- Jeff Giddens

That was one of the non-injury surprises on offense this season. Hicks was poised to emerge as a force, at least as much as a fullback can, but he simply was too inconsistent with his blocks. Hall may not be as big as Hicks, and may not have been recruited on scholarship, but on a play-to-play basis he was slightly more dependable.

Both are sophomores with two years left. Going forward, they’ll probably continue to share time, especially with no fullback recruits on the horizon. It will be up to Hicks to take his play up a notch and be more consistent. He seems (from what I can tell) a pretty heady kid, so there’s no reason to think he won’t do so.

Another year. The sound of the same broken record. In spite of the injuries, this team could have won every single game this year. The raw talent in this program keeps the team in games and continues to fill the NFL coffers. Perhaps it’s this talent or perhaps it’s the coaching style, but this program has underperformed for years because of one underlying theme; unpreparedness. The unpreparedness is demonstrated in several key areas of this team (inconsistent offensive line play, penalties, special teams’ mistakes, performance in the first halves of games). After 12 years in a program, how does Richt change the culture so that the team is prepared to play and execute each and every Saturday? If Richt can't change this culture, then it is time to change the record.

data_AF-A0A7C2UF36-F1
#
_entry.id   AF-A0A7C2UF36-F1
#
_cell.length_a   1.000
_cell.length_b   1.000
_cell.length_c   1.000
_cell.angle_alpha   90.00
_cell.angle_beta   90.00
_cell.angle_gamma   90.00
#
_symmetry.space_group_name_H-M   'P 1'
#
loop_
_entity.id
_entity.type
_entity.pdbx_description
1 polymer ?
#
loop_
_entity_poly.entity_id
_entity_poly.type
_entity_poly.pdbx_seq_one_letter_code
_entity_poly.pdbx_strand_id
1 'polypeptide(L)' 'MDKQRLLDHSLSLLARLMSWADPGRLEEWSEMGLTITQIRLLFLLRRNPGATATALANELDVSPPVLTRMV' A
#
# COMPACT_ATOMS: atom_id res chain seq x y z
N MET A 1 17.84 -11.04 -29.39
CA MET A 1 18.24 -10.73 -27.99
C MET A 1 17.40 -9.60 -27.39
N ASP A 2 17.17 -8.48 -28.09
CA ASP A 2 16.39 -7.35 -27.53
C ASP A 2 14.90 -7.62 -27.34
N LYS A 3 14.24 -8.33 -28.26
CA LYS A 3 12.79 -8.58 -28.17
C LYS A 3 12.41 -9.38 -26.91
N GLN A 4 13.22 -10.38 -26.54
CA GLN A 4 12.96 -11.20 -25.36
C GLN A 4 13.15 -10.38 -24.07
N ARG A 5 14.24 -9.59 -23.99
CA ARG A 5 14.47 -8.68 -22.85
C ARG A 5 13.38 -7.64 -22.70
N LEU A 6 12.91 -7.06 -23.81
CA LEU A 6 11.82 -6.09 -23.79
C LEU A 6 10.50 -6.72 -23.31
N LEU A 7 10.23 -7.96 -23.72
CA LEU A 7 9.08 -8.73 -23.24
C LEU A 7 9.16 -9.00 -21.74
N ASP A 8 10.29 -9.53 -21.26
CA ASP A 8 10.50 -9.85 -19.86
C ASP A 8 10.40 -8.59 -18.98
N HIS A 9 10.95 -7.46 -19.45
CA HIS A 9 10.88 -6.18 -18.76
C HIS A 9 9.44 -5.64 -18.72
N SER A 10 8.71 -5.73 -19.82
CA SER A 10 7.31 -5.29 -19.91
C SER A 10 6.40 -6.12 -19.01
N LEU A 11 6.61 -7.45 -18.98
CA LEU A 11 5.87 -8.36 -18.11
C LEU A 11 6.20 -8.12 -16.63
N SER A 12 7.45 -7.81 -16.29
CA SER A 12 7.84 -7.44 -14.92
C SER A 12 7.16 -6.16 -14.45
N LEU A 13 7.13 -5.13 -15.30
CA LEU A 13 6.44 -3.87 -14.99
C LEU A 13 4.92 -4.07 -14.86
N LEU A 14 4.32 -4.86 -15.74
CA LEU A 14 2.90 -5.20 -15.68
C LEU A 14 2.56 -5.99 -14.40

- Fielding in Atlanta